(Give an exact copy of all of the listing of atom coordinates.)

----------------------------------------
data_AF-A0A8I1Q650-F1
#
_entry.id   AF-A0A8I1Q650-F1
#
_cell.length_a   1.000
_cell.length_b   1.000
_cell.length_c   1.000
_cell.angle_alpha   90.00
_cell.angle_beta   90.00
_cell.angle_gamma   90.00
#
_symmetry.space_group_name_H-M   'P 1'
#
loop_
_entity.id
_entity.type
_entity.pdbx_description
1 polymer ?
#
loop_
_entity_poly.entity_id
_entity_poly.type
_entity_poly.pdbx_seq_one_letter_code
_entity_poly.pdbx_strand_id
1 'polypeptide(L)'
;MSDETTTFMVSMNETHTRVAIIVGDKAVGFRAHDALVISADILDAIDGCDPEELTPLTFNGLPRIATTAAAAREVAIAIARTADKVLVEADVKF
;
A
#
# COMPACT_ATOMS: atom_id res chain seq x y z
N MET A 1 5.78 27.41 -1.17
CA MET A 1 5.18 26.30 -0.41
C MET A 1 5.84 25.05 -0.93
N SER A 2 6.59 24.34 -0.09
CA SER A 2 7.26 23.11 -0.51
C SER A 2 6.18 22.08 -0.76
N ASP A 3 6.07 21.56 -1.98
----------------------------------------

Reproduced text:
data_AF-A0A8I1Q650-F1
#
_entry.id   AF-A0A8I1Q650-F1
#
_cell.length_a   1.000
_cell.length_b   1.000
_cell.length_c   1.000
_cell.angle_alpha   90.00
_cell.angle_beta   90.00
_cell.angle_gamma   90.00
#
_symmetry.space_group_name_H-M   'P 1'
#
loop_
_entity.id
_entity.type
_entity.pdbx_description
1 polymer ?
#
loop_
_entity_poly.entity_id
_entity_poly.type
_entity_poly.pdbx_seq_one_letter_code
_entity_poly.pdbx_strand_id
1 'polypeptide(L)'
;MSDETTTFMVSMNETHTRVAIIVGDKAVGFRAHDALVISADILDAIDGCDPEELTPLTFNGLPRIATTAAAAREVAIAIARTADKVLVEADVKF
;
A
#
# COMPACT_ATOMS: atom_id res chain seq x y z
N MET A 1 5.78 27.41 -1.17
CA MET A 1 5.18 26.30 -0.41
C MET A 1 5.84 25.05 -0.93
N SER A 2 6.59 24.34 -0.09
CA SER A 2 7.26 23.11 -0.51
C SER A 2 6.18 22.08 -0.76
N ASP A 3 6.07 21.56 -1.98